But that's kind of my me. If there's a bee in my bonnet these days, it's that QA is not just a process. On the one hand and tools on the other, you have to have the fundamental expertise, which gets me back to role definition, which is to me, what makes something a role is not a title. Or where you are on the org chart. It's a responsibility that you or your team has. That cannot be delegated. You can't give it to someone else. And so to answer your question about how do you deal with a situation where, like the code talkers, you know, my default mode is to say. The head of engineering, this is his role. He cannot delegate this to me or anybody else. Within that, I'm happy to offer any insight I have on what's going on and why it's going on and work with engineering. When I got to Symantec and. They couldn't come up with requirements for load and testing. You know, the head of the project turned to me and said, well, can you write the requirements? And I said, well, yes. But I can't take responsibility for them because of requirements. Product requirements are defining a market opportunity, not a technical implementation. So you're asking me as the head of QA, take on a marketing role? Which I cannot do. I said I will write some requirements, but they can't be the requirements. Do you see what I mean? Because I find that having a clear understanding of the overall definition as the thing you can't delegate, right? I can't ask. Like, I make a strong distinction between participation and responsibility. Sometimes you need to ask engineering to help you do testing. Right. But that's participation. Responsibility for the quality of testing is still mine. I mean, I cannot delegate that to engineer. I can't delegate that product because, you know, anyone can write a book as I like to tell my QA teams, you know, customers find bugs for free. Why should I pay you for the privilege? Well, I find that role definition creates that structure of accountability, but also of mutual support. That helps you negotiate those difficult discussions, whereas, in a lot of organizations, there's no real role definition. Like everyone. Like everyone's going to jump in and do stuff and you're like, well. Great. But who's responsible for it? I find that that the clarity that roll definition gives allows you to have it paradoxically allows you to offer support. Outside of your role, because everyone understands this is not your role.
Jonathon Wright Yes, I completely agree and what I read like about what you were saying about processes and tools say, you know, I, I kind of, you know, probably done 20 years of automation. That's kind of where I've been. And, you know, the focus has always been on tools. Right. And, you know, I've found it hard to actually ever justify. Automation is a success because, you know, I don't think replacing manual testers with automation is going to solve everything. Right.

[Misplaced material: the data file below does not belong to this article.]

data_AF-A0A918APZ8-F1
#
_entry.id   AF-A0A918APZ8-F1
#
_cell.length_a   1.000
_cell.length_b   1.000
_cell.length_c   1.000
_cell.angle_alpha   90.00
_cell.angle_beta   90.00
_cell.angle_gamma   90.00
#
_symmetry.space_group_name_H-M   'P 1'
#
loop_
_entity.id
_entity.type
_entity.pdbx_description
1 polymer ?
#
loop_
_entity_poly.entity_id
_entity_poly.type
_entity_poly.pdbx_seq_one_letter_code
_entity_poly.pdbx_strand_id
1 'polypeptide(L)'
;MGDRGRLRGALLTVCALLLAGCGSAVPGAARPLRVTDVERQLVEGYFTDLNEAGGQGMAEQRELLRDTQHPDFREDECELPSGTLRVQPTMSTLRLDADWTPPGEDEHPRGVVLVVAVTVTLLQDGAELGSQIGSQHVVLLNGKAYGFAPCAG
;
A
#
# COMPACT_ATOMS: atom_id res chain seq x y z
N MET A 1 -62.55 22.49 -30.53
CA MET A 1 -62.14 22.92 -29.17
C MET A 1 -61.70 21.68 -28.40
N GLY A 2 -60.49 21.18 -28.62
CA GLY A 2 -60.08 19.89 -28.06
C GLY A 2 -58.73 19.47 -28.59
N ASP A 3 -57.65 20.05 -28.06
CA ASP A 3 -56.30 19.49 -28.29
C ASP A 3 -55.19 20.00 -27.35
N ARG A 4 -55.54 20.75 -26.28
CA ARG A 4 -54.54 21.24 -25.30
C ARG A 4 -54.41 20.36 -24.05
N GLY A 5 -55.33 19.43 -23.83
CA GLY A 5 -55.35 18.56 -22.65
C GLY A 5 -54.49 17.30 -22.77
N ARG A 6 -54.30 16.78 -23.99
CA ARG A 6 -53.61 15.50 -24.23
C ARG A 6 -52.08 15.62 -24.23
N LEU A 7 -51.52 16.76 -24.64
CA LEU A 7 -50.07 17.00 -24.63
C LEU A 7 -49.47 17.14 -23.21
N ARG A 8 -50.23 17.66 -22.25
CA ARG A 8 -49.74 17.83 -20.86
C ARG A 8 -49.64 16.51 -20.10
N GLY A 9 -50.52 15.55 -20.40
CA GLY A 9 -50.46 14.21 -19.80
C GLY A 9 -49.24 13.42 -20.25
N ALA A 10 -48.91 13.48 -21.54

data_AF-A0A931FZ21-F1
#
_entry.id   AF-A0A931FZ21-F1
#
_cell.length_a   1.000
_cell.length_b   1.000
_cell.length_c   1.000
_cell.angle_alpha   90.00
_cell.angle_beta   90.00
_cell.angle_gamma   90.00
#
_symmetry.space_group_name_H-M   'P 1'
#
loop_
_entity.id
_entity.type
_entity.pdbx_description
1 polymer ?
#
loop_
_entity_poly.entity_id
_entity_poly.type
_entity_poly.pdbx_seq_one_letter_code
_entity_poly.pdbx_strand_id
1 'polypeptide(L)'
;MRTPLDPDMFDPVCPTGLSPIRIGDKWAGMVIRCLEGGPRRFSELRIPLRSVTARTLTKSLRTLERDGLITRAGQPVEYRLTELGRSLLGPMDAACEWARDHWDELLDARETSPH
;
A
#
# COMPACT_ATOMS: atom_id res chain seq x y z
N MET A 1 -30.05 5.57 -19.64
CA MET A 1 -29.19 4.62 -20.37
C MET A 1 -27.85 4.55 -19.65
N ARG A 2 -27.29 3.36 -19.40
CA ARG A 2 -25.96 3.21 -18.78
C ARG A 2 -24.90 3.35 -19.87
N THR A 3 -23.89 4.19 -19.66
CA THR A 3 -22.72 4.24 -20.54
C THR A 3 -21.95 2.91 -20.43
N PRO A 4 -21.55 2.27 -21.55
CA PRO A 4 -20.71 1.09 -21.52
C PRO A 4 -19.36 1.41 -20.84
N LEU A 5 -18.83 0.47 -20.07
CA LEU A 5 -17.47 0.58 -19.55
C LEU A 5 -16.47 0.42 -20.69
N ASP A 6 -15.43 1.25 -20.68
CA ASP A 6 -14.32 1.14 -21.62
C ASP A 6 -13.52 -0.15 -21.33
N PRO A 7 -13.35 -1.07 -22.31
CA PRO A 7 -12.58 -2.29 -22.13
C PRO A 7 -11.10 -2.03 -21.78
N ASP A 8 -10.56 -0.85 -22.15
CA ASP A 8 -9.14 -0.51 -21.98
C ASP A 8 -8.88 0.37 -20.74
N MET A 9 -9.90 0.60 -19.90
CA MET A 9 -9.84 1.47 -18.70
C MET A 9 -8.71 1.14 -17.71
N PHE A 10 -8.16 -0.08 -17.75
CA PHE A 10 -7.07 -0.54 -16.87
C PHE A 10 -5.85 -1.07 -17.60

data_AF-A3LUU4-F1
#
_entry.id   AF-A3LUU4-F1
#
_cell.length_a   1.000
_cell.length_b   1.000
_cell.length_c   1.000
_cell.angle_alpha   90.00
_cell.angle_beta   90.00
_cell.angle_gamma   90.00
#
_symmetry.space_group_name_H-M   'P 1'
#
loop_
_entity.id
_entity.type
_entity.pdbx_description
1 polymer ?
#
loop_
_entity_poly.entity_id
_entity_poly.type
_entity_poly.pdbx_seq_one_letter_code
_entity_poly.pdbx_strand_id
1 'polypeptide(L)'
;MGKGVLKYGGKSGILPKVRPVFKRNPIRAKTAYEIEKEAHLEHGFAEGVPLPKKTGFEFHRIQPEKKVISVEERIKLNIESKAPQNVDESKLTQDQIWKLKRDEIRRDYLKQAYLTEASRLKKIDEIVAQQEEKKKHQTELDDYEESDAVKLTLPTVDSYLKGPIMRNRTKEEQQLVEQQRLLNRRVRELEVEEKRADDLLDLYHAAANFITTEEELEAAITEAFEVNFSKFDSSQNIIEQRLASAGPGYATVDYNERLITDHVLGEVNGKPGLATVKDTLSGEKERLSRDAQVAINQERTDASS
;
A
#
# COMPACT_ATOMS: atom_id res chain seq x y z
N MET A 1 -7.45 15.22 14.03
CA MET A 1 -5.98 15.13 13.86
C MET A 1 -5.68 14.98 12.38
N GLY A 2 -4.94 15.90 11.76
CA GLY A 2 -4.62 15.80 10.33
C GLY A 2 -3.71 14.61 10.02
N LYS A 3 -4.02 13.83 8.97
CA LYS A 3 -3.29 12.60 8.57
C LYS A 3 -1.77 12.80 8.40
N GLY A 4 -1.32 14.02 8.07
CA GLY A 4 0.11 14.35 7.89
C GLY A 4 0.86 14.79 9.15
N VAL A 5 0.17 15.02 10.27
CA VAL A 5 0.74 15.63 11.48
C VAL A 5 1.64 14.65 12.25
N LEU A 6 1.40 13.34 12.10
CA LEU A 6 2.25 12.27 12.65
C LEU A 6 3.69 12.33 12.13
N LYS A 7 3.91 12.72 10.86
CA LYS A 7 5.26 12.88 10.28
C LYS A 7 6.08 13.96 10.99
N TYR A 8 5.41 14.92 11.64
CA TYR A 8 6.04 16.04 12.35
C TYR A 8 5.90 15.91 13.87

And I think, you know, there is this tendency to automate stuff. Not really understanding it and understanding why you're doing it in the first place. And so I think the focus is a law. And I think that I agree with you about the new groups that are coming through. It's more around, you know, learn python. You know, learn. You know, this particular type of framework. And there's a lot of problem-solving spend, understanding, and interpreting those languages. And those tools which are infinitely complex on the road. Right. That when it comes to actually test design, it's a tertiary activity. And what's the primary one is whether they can automate the stack, which isn't the right reasons for it. And I think at the same time, process idea the others is also the same is that people are very much. I want to do Spotify agile or I want to take this new kind of, you know, approach to doing something. And I want to try it because it's new and excited, like the tools of new and exciting. That actually when he talks about getting stuck in and understanding the context of the domain and becoming a knowledge worker and kind of what you're talking about, I think a lot of that is lost because, you know, there's this focus on play, you know, in one of these roles and not focusing on quality. And the reason why I kind of came into this kind of conversation is, you know, I love the idea of actually being calm and cool and understanding where we are with quality. That would be my dream, right, to get to where you are now. I've only seen this done once. And it was, say, a Dutch company. And they. I remember coming into the office and speaking to the head of engineering at the time, and I said, oh, where are the guys at the front. This. No, they've all got you know, they're not feeling very well. And so what's in the office? And now that we've got we've lost six feet staff and it's like, okay, so what we can do about the plant. You know, the project. They said, oh, no, it's fine. You know that. You know, it's not a problem. And I was like, yeah, but isn't what's his name working on this? And, you know, it wasn't like building the automation framework. And he was like, no, no, no, no. He said they were so good estimation. They had this idea of kind of two structures that a team that was doing project-based work and they had this concept of baseline team who were flexible, they could flex in and out to fill gaps. But where the baseline team strengths, where we're actually around first and second level support. And I think this is one of the best, which just seems to disappear when it comes to, you know, modern practices. You know, they're happy to build and deploy. But when it comes to fixing and rework that needs that are coming in from first and second line support. The prioritization against new and getting something out of the door vs. criticality of functionalities is off balance. And I saw this when I was in Santa Clara and I was working for a software company. You know, what happens is there's a backlog of critical issues coming from customers. And, you know, that's part of what you were talking about with that risk profile of you say, well, actually, you know, a number two is going to be potentially there's going to be six months of rework that we're going to have to now plan for. You'll still get your day. You still get it out to market. But we expect the first and second line to be, you know, increased over those period times because of the time quality metric, you know, make it a decision to release and not postpone for three months because it's the same thing. You bought three months resourcing, fixing the first second-line support issues. And that's why we're all my team disappeared to add a team in Plano. And they literally spent their time, you know, not bringing anything new to the market, but fixing all the issues in production. Do you see things like that where this baby is not that? You know, there's not enough planning around a post-release.